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Electricity market loss could have 'serious implications'

By John Mulgrew

Retaining the Single Electricity Market (SEM) for Northern Ireland and the Republic following Brexit is crucial to avoiding "serious implications for consumers" and compromising a major cross-border infrastructure scheme.

Since 2007, the island of Ireland has operated with a SEM, allowing free trade of power throughout Ireland. But there are concerns over what will happen to the system once the UK leaves the EU.

Now, a Westminster committee has said the Government should "seek to maintain ongoing access to the Internal Energy Market, and resolve the particular difficulties faced by Northern Ireland, as it shares a single electricity market with the Republic".

The report from the Business, Energy and Industrial Strategy Committee, said: "The free trade of energy across the island of Ireland and efficient use of interconnection with Great Britain are of critical importance to Northern Ireland, which is reliant on imports from the Republic of Ireland and Great Britain for gas and power supply.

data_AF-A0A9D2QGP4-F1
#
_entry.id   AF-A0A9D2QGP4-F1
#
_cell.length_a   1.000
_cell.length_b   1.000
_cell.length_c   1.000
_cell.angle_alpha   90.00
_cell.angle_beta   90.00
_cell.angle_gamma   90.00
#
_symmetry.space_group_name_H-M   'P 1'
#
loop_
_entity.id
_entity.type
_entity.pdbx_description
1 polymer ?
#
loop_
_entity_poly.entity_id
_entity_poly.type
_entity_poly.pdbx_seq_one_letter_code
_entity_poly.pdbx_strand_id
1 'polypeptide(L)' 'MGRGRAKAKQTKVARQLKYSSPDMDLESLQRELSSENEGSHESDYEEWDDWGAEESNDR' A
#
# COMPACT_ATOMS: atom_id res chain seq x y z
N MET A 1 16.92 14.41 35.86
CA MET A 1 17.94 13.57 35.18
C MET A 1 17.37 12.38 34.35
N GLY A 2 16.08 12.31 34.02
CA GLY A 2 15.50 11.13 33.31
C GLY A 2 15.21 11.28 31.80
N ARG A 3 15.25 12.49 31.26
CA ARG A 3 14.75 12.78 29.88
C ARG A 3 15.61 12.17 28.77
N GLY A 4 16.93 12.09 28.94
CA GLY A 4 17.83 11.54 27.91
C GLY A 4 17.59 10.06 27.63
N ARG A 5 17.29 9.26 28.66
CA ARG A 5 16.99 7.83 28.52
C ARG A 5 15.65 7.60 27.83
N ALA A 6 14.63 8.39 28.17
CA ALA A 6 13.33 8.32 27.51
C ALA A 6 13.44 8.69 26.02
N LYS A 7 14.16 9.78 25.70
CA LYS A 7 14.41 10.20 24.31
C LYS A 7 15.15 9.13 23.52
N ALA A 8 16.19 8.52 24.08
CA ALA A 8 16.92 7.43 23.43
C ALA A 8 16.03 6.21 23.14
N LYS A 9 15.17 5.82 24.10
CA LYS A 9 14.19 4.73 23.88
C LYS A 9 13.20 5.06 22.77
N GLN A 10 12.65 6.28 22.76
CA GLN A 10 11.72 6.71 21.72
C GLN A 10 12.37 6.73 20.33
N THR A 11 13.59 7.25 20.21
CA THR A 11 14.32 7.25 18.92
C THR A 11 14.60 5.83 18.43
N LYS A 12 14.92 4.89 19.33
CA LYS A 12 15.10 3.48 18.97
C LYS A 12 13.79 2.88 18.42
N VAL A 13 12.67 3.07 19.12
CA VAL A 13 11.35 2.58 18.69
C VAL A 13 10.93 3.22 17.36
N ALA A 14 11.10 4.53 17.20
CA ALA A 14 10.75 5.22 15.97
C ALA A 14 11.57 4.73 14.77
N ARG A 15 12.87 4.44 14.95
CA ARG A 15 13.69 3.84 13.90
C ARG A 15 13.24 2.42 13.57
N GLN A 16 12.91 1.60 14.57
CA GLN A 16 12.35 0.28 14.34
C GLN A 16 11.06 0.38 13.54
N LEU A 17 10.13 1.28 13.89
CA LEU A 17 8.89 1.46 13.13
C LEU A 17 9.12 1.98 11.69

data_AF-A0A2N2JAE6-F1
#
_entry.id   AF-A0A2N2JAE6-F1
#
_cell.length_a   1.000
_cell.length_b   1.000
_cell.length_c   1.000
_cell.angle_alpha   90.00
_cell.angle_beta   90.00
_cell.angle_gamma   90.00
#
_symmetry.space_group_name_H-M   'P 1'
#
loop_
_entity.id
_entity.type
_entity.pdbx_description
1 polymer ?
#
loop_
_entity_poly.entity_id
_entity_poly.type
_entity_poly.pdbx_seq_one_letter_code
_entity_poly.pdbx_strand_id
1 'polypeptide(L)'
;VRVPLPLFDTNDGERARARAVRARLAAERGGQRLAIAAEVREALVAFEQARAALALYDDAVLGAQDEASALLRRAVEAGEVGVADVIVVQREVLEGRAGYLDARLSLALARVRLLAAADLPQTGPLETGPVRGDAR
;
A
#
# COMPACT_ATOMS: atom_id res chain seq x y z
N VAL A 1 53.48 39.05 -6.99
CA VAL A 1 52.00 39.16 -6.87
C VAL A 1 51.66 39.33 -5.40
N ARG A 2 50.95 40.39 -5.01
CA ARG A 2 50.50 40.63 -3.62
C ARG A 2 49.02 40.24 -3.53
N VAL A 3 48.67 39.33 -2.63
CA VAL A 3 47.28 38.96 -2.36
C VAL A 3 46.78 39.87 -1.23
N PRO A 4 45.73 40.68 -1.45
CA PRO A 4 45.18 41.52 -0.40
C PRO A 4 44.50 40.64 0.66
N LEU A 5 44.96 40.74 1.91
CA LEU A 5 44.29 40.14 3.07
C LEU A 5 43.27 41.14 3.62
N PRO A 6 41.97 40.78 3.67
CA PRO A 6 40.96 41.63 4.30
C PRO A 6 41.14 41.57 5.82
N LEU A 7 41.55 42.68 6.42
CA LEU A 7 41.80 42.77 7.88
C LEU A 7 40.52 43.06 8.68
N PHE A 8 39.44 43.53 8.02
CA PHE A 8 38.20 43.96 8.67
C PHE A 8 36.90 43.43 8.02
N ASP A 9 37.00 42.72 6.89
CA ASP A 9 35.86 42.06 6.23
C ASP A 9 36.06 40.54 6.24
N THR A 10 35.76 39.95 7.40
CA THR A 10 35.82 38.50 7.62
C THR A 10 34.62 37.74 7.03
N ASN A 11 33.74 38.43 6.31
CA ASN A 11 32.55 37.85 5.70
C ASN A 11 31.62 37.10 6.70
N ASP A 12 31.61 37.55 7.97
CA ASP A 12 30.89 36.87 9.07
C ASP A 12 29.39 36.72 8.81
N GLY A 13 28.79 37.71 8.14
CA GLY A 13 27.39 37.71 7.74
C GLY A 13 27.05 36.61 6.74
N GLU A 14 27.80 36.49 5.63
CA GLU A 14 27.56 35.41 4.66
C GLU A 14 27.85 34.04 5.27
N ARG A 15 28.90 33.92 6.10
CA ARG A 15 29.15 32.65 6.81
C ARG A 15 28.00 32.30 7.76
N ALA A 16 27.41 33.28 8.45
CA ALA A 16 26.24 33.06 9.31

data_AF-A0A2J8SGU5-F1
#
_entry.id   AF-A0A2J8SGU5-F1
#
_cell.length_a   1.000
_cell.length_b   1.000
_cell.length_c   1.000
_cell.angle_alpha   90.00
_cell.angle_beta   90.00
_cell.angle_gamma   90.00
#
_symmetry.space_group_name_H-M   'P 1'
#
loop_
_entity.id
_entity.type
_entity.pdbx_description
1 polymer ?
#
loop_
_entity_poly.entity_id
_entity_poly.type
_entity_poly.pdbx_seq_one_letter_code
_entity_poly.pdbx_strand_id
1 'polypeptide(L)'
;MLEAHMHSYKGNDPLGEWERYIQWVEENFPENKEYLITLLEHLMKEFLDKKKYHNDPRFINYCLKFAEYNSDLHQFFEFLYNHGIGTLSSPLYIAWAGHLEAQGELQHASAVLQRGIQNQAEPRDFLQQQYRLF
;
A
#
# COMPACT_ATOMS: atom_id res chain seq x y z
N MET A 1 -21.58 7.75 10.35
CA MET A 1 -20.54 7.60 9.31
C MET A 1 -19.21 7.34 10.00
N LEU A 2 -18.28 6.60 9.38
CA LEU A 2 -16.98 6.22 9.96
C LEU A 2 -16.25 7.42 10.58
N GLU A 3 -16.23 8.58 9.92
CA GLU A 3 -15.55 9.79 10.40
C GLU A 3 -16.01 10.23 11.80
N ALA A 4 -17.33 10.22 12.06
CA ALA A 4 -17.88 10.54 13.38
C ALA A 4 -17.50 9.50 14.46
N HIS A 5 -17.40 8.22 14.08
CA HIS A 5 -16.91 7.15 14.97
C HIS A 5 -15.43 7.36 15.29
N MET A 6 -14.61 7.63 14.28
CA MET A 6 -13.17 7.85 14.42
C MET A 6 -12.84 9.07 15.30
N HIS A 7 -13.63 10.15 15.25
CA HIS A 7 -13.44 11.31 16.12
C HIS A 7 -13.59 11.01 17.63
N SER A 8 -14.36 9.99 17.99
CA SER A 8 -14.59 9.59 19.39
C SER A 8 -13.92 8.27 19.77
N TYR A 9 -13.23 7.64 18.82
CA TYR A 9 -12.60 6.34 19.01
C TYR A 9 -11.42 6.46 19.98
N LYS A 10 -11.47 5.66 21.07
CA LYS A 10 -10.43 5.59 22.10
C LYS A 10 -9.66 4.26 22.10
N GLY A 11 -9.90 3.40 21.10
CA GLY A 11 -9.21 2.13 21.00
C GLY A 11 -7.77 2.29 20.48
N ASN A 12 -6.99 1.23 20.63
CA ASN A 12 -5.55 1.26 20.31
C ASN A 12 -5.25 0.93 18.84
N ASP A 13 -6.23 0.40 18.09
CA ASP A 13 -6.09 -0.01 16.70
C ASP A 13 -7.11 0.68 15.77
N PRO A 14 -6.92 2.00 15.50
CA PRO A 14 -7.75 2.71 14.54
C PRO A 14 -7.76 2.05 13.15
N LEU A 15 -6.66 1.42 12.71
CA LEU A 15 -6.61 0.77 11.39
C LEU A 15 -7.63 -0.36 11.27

"Any disruption to the development of and trading within the Single Energy Market... may have serious implications for consumers across the island of Ireland."

And earlier this week, another report by Westminster's Northern Ireland Affairs Committee warned power bills are set to soar unless work begins now on a cross-border interconnector.

A planning application to build a new electricity interconnector between Co Tyrone and Co Meath is being considered by the Planning Appeals Commission in Northern Ireland.

The new report released yesterday warns that "disruption affecting the efficient supply of energy and future investment could have serious implications for consumers".

It added: "In particular, it could compromise a new interconnector between Northern Ireland and the Republic."

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